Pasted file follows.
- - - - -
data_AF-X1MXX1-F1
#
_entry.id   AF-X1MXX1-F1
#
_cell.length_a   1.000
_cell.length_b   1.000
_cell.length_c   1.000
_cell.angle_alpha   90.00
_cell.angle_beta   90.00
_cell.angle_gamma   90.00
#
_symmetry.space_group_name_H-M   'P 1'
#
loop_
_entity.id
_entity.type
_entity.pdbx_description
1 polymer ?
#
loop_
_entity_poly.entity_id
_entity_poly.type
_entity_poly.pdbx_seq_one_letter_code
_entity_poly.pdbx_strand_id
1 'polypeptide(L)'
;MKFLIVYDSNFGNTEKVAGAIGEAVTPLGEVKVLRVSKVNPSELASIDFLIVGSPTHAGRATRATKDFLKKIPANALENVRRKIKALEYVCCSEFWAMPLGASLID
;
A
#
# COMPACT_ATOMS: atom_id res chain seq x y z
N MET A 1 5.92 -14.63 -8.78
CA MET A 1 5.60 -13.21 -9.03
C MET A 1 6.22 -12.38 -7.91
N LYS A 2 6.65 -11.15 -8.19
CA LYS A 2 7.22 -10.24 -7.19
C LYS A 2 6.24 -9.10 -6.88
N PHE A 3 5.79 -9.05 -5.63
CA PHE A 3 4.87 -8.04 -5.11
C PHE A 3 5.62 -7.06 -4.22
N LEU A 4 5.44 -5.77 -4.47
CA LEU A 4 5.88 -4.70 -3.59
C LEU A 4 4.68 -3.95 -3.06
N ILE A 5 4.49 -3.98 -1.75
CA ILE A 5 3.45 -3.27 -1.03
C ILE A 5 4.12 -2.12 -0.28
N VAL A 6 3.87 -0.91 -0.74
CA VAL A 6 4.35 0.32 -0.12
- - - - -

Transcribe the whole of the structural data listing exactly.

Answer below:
data_AF-X1MXX1-F1
#
_entry.id   AF-X1MXX1-F1
#
_cell.length_a   1.000
_cell.length_b   1.000
_cell.length_c   1.000
_cell.angle_alpha   90.00
_cell.angle_beta   90.00
_cell.angle_gamma   90.00
#
_symmetry.space_group_name_H-M   'P 1'
#
loop_
_entity.id
_entity.type
_entity.pdbx_description
1 polymer ?
#
loop_
_entity_poly.entity_id
_entity_poly.type
_entity_poly.pdbx_seq_one_letter_code
_entity_poly.pdbx_strand_id
1 'polypeptide(L)'
;MKFLIVYDSNFGNTEKVAGAIGEAVTPLGEVKVLRVSKVNPSELASIDFLIVGSPTHAGRATRATKDFLKKIPANALENVRRKIKALEYVCCSEFWAMPLGASLID
;
A
#
# COMPACT_ATOMS: atom_id res chain seq x y z
N MET A 1 5.92 -14.63 -8.78
CA MET A 1 5.60 -13.21 -9.03
C MET A 1 6.22 -12.38 -7.91
N LYS A 2 6.65 -11.15 -8.19
CA LYS A 2 7.22 -10.24 -7.19
C LYS A 2 6.24 -9.10 -6.88
N PHE A 3 5.79 -9.05 -5.63
CA PHE A 3 4.87 -8.04 -5.11
C PHE A 3 5.62 -7.06 -4.22
N LEU A 4 5.44 -5.77 -4.47
CA LEU A 4 5.88 -4.70 -3.59
C LEU A 4 4.68 -3.95 -3.06
N ILE A 5 4.49 -3.98 -1.75
CA ILE A 5 3.45 -3.27 -1.03
C ILE A 5 4.12 -2.12 -0.28
N VAL A 6 3.87 -0.91 -0.74
CA VAL A 6 4.35 0.32 -0.12